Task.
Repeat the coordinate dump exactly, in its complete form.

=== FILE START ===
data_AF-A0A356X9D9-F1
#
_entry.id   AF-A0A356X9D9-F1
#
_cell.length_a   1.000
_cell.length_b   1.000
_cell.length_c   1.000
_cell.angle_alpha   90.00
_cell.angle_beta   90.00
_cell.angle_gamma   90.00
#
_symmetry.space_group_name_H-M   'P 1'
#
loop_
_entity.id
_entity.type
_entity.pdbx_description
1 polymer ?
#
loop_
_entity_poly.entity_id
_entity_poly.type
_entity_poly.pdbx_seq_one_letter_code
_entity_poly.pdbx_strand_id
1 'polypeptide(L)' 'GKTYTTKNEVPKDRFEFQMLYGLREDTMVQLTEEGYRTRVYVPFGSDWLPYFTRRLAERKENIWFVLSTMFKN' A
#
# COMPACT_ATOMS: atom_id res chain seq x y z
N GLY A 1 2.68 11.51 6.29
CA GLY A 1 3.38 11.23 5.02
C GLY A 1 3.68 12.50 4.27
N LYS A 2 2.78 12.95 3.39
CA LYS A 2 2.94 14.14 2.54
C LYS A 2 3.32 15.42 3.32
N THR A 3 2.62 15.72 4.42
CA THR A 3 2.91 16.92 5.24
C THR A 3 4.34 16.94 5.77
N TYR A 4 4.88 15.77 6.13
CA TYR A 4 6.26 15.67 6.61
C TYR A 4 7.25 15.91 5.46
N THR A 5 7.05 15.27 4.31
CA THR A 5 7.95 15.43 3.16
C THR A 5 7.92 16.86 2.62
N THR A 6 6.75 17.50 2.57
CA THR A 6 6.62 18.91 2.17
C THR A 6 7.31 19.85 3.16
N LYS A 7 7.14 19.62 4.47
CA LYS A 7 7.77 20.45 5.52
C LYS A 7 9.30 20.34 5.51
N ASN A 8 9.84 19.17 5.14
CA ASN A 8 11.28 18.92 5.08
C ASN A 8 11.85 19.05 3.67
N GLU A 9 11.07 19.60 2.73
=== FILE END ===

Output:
data_AF-A0A356X9D9-F1
#
_entry.id   AF-A0A356X9D9-F1
#
_cell.length_a   1.000
_cell.length_b   1.000
_cell.length_c   1.000
_cell.angle_alpha   90.00
_cell.angle_beta   90.00
_cell.angle_gamma   90.00
#
_symmetry.space_group_name_H-M   'P 1'
#
loop_
_entity.id
_entity.type
_entity.pdbx_description
1 polymer ?
#
loop_
_entity_poly.entity_id
_entity_poly.type
_entity_poly.pdbx_seq_one_letter_code
_entity_poly.pdbx_strand_id
1 'polypeptide(L)' 'GKTYTTKNEVPKDRFEFQMLYGLREDTMVQLTEEGYRTRVYVPFGSDWLPYFTRRLAERKENIWFVLSTMFKN' A
#
# COMPACT_ATOMS: atom_id res chain seq x y z
N GLY A 1 2.68 11.51 6.29
CA GLY A 1 3.38 11.23 5.02
C GLY A 1 3.68 12.50 4.27
N LYS A 2 2.78 12.95 3.39
CA LYS A 2 2.94 14.14 2.54
C LYS A 2 3.32 15.42 3.32
N THR A 3 2.62 15.72 4.42
CA THR A 3 2.91 16.92 5.24
C THR A 3 4.34 16.94 5.77
N TYR A 4 4.88 15.77 6.13
CA TYR A 4 6.26 15.67 6.61
C TYR A 4 7.25 15.91 5.46
N THR A 5 7.05 15.27 4.31
CA THR A 5 7.95 15.43 3.16
C THR A 5 7.92 16.86 2.62
N THR A 6 6.75 17.50 2.57
CA THR A 6 6.62 18.91 2.17
C THR A 6 7.31 19.85 3.16
N LYS A 7 7.14 19.62 4.47
CA LYS A 7 7.77 20.45 5.52
C LYS A 7 9.30 20.34 5.51
N ASN A 8 9.84 19.17 5.14
CA ASN A 8 11.28 18.92 5.08
C ASN A 8 11.85 19.05 3.67
N GLU A 9 11.07 19.60 2.73